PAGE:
Aphasia: Types, Symptoms, Causes, and Treatment

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  • Aphasia is a communication disorder that is typically caused by damage to the brain.
  • Common symptoms of aphasia include difficulty with speaking, comprehension, reading, and writing.
  • Aphasia is often treated with speech-language therapy to assist with practicing language skills and learning to use other methods to communicate.

Aphasia is a condition that affects your ability to communicate and is often the result of damage to an area of the brain. Aphasia can have different symptoms depending on what area of the brain was damaged, but can affect how you speak, talk, read and write.

This communication disorder has been gaining more attention recently since star Bruce Willis revealed his diagnosis, so follow along as we outline everything you should know about aphasia including the types, symptoms, causes and treatment.

What Is Aphasia?

Aphasia is a communication disorder that results from brain damage in one or more areas of the brain that control language, according to Healthline. Aphasia can often interfere with verbal communication such as getting words mixed up when speaking, or through written communication, or sometimes both.

Aphasia impairment can range from minor to severe, but those with the disorder may have difficulty speaking, reading, writing, listening and understanding language. It’s most common for people with aphasia to be limited in more than one area of communication, and nearly all patients with aphasia have trouble with finding words, according to Cleveland Clinic. 

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Symptoms of Aphasia

Aphasia symptoms can range from mild to severe depending on where the damage has occurred in the brain and the severity of that damage. Healthline explains that many symptoms of different types of aphasia tend to overlap, so it’s important to consult a medical professional to assess the situation.

Common symptoms of aphasia include difficulty with speaking, comprehension, reading, and writing. For example, the patient may have difficulty with some of the following:

  • Naming objects, places, or people even though they are known or familiar to the person
  • Expressing the right words when writing or speaking
  • Understanding conversation
  • Putting words in the right order or putting words into sentences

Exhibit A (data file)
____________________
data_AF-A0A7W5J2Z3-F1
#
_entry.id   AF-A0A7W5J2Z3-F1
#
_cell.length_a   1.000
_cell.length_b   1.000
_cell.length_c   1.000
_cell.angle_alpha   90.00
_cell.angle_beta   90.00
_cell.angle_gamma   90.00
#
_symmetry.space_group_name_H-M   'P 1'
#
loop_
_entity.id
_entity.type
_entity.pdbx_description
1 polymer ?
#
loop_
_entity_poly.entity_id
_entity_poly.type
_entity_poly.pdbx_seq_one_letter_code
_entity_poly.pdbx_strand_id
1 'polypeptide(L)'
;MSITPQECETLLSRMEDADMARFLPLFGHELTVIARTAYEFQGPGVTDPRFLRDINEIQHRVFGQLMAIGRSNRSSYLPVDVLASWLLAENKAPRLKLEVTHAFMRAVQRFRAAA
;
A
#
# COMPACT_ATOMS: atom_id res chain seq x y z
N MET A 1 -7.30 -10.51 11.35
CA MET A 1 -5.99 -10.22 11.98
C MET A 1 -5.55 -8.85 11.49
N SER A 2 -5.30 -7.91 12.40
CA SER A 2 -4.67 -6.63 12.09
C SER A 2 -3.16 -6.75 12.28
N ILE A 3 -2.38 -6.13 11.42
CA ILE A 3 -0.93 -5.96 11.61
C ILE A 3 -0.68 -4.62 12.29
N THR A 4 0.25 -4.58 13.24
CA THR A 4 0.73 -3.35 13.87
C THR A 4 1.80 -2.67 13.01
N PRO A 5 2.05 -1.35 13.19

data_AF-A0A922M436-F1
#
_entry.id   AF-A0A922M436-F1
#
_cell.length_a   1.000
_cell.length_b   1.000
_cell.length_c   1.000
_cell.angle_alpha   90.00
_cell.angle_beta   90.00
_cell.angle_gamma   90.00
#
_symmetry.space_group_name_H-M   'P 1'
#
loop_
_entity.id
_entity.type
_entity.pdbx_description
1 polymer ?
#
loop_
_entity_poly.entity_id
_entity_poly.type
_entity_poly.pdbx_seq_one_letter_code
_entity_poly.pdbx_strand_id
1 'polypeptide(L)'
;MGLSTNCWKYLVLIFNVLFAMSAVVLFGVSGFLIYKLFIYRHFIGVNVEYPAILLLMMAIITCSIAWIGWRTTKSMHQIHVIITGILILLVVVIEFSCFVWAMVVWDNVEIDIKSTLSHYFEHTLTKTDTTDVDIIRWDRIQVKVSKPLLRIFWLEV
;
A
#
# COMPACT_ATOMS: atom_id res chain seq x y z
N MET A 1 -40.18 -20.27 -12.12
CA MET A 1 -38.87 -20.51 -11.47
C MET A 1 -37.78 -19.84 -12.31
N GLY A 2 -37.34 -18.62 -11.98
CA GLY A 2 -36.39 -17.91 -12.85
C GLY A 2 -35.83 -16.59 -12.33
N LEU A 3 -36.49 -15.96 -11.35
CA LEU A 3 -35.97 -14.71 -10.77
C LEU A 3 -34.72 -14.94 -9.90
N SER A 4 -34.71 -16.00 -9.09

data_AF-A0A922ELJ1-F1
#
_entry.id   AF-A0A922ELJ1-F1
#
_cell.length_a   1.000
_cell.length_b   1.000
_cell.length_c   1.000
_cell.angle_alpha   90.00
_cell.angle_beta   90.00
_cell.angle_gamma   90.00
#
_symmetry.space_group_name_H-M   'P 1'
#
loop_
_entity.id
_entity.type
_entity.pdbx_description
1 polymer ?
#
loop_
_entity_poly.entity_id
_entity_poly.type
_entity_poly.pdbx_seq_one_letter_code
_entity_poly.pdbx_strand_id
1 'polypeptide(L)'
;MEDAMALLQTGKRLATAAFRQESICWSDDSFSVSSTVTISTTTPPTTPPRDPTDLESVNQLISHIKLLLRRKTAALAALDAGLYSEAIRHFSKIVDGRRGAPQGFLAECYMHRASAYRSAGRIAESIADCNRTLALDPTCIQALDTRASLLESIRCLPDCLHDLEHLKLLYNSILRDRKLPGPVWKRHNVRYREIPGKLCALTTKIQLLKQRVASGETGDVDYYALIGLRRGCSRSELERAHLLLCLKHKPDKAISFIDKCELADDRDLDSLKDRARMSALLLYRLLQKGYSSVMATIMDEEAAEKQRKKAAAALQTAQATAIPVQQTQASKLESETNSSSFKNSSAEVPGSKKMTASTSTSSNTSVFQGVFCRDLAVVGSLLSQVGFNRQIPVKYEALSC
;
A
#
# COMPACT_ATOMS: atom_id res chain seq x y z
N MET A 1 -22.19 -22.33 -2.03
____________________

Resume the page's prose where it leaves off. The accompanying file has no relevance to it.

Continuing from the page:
• Forgetting small words such as “the” or “of”

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What Causes Aphasia?

Cleveland Clinic explains that aphasia is caused by damage to one or more areas of the brain that control language. Aphasia can occur suddenly after a life-altering event, such as stroke, head injury, or brain surgery. Aphasia may also develop slowly over time as the result of a brain tumor, brain infection or a neurological disorder such as dementia.

According to the National Aphasia Association, strokes are the most common cause of aphasia and this disorder typically occurs in 25 to 40-percent of people who’ve had a stroke.

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Type: Broca’s Aphasia

There are several different types and patterns of aphasia, which can affect people in different ways. Broca’s aphasia is a “non-fluent aphasia“ because it is categorized by the difficulty a person has with speaking. Broca’s aphasia typically involves damage to the left frontal area of the brain.

Those with Broca’s aphasia tend to find it very difficult to say the right words, even though they likely know exactly what they want to say, according to Stroke.org. They may speak in short, incomplete sentences or miss words when they speak. They may also have a limited ability to understand what others say or experience frustration when they can’t understand. It’s common for those with Broca’s aphasia to experience weakness or paralysis on the right side of the body.

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Type: Wernike’s Aphasia

Wernike’s aphasia, also known as receptive aphasia, typically involves damage to the middle left side of the brain. This type is identified as fluent aphasia and causes people to have trouble understanding when others speak. People with this type of aphasia may be able to speak well and use long sentences, but their sentences may not make sense. They may also not be aware that what they are saying is wrong, which can cause them to get frustrated when others don’t understand them.

Additional symptoms of Wernicke’s aphasia include:

  • Impaired reading and writing
  • Inability to understand and grasp spoken words
  • Tendency to include incorrect words despite ability to speak in long, complex sentences

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Type: Anomic Aphasia